On Monday, the market fell for justifiable reasons -- namely the conflict between Russian and Ukraine. The lives and safety of those affected by the territorial standoff are the primary consideration. Still, as Fool contributor Chuck Saletta mentions in this brief video, a focus on fundamentals did provide some tangible rewards from rising dividends on the day, despite the market's justifiable worry.

Why dividends rule
Dividends are an important weapon in any investors' arsenal. One of the secrets that few finance professionals will reveal is that dividend stocks as a group handily outperform their non-dividend-paying brethren

However, knowing this is only half the battle. The other half is identifying which dividend stocks in particular are the best. With this in mind, our top analysts put together a free list of nine high-yielding stocks that should be in every income investor's portfolio. To learn the identity of these stocks instantly and for free, all you have to do is click here now.

Dividend data from the video

CompanyMarch 2013 DividendMarch 2012 DividendDividend Change (%)
Aflac (NYSE:AFL) $0.37 $0.35 5.7%
J. M. Smucker (NYSE:SJM) $0.58 $0.52 11.5%
Wells Fargo (NYSE:WFC) $0.30 $0.25 20%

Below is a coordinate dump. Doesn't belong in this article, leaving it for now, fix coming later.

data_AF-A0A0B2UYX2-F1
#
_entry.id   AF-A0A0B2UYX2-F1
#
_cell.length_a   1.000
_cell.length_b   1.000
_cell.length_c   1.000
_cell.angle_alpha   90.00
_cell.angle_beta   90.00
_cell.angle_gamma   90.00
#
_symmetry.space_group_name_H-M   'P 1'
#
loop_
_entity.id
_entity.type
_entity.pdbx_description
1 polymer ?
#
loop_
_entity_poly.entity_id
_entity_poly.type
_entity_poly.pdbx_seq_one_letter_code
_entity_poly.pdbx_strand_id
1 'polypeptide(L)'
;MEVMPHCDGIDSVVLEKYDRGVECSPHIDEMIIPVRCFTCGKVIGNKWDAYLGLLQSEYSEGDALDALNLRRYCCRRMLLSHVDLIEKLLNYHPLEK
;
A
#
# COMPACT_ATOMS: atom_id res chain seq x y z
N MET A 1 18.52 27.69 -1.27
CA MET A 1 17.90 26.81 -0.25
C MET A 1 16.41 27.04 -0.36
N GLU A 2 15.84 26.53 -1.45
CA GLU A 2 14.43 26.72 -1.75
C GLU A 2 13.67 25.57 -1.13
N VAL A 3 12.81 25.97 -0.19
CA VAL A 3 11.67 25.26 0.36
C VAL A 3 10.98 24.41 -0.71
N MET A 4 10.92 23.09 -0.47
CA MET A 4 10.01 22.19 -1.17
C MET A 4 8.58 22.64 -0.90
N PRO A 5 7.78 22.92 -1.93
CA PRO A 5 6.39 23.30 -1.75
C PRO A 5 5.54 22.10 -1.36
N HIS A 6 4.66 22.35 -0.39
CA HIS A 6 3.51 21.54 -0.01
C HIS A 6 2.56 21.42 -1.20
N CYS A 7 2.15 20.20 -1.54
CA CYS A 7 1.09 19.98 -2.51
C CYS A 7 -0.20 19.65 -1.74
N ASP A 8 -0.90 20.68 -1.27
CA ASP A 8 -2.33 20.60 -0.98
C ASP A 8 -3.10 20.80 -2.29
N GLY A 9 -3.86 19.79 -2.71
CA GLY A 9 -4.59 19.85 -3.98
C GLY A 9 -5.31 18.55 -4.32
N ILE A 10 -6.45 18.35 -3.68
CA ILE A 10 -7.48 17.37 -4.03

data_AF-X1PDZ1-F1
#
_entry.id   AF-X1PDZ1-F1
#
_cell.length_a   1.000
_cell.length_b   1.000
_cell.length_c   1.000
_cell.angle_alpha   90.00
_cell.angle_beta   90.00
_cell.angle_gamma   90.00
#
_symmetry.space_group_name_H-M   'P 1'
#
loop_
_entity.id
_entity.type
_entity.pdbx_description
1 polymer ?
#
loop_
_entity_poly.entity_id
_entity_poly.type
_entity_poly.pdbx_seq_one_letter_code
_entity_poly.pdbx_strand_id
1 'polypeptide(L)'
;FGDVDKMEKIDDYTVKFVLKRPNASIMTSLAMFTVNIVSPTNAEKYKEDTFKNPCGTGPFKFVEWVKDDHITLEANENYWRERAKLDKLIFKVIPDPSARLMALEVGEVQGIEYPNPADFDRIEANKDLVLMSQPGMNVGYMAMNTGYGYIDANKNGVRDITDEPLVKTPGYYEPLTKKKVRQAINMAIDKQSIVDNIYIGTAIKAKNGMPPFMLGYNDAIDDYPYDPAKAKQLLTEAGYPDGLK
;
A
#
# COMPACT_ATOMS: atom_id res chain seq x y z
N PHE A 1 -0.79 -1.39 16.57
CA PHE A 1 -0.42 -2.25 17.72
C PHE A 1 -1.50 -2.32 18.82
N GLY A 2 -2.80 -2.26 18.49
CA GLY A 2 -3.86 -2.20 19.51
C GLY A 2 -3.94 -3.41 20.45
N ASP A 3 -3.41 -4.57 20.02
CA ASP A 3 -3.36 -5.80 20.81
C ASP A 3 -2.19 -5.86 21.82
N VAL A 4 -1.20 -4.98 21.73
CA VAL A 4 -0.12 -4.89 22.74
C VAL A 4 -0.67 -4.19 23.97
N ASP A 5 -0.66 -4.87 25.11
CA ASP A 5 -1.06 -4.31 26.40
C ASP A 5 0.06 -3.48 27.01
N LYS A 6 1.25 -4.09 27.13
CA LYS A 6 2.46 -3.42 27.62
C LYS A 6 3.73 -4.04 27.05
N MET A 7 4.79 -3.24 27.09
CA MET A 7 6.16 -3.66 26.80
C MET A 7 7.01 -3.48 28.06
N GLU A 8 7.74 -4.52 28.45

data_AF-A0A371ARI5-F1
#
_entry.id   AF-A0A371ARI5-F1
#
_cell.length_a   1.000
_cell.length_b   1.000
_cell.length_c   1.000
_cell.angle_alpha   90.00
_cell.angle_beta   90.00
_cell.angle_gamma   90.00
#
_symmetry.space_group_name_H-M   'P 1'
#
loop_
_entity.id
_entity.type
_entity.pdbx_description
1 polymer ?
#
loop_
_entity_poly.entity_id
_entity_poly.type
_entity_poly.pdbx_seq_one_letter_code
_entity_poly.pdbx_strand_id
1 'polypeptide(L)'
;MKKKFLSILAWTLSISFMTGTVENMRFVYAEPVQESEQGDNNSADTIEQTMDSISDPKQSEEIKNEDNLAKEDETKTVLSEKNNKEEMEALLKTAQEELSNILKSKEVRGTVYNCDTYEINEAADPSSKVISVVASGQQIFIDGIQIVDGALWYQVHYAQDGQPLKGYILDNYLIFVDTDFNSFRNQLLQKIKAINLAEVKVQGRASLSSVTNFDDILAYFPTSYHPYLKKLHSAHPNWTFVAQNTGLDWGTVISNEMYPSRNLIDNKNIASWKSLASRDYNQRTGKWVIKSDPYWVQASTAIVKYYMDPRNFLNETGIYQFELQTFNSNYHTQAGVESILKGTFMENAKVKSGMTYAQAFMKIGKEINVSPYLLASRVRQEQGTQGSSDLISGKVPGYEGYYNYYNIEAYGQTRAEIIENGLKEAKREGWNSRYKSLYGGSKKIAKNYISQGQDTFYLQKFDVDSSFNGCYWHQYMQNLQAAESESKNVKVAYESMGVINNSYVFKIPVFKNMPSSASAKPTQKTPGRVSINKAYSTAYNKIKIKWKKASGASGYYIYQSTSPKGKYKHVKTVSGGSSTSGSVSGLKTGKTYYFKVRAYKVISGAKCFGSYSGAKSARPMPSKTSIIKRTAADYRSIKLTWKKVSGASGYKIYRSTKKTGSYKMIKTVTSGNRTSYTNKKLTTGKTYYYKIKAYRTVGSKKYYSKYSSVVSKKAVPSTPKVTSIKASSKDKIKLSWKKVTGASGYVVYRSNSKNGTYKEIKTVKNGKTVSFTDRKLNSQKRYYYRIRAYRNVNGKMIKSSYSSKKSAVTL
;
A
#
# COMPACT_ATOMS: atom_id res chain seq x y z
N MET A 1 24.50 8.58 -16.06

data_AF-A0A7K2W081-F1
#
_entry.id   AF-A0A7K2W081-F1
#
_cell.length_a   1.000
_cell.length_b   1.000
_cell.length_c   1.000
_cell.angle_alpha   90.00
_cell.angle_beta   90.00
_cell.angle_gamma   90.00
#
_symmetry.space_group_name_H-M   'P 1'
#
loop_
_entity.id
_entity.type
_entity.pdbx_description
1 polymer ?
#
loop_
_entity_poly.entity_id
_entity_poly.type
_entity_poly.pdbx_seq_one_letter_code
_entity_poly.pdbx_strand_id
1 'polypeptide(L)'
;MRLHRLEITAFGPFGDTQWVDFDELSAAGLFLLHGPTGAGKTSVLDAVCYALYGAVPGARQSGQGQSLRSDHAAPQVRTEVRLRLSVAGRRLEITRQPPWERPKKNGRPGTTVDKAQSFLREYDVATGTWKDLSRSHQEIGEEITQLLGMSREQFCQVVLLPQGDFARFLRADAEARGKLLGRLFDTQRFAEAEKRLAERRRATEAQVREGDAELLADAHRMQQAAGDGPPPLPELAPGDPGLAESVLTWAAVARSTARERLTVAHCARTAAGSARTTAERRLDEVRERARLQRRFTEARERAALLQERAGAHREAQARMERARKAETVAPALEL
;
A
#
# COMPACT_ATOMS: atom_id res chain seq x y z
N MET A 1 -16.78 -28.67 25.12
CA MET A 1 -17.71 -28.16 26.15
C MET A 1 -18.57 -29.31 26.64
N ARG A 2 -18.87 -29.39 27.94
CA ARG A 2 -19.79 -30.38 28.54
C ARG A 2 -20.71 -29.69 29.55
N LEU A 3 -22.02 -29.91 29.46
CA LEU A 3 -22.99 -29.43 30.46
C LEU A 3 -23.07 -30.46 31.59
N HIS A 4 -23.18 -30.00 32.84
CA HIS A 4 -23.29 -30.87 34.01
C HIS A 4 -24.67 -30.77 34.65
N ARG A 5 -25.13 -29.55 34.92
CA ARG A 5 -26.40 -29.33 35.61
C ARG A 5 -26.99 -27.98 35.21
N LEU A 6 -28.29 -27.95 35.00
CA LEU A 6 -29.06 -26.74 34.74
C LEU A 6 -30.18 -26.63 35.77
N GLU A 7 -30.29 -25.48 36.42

Data from Yahoo! Finance, as of Mar 3, 2014.

The real-money Inflation-Protected Income Growth portfolio owns shares of Aflac, J. M. Smucker, and Wells Fargo because of their demonstrated track records of directly rewarding investors for the risks they take by investing. Their dividends provide a great reminder that the businesses behind those stocks can continue to thrive, no matter what the market happens to be doing to their shares.

To follow the iPIG portfolio as buy and sell decisions are made, watch Chuck's article feed by clicking here. To join The Motley Fool's free discussion board dedicated to the iPIG portfolio, simply click here.

Chuck Saletta owns shares of Aflac, J.M. Smucker, and Wells Fargo. The Motley Fool recommends Aflac and Wells Fargo. The Motley Fool owns shares of Wells Fargo. Try any of our Foolish newsletter services free for 30 days. We Fools may not all hold the same opinions, but we all believe that considering a diverse range of insights makes us better investors. The Motley Fool has a disclosure policy.

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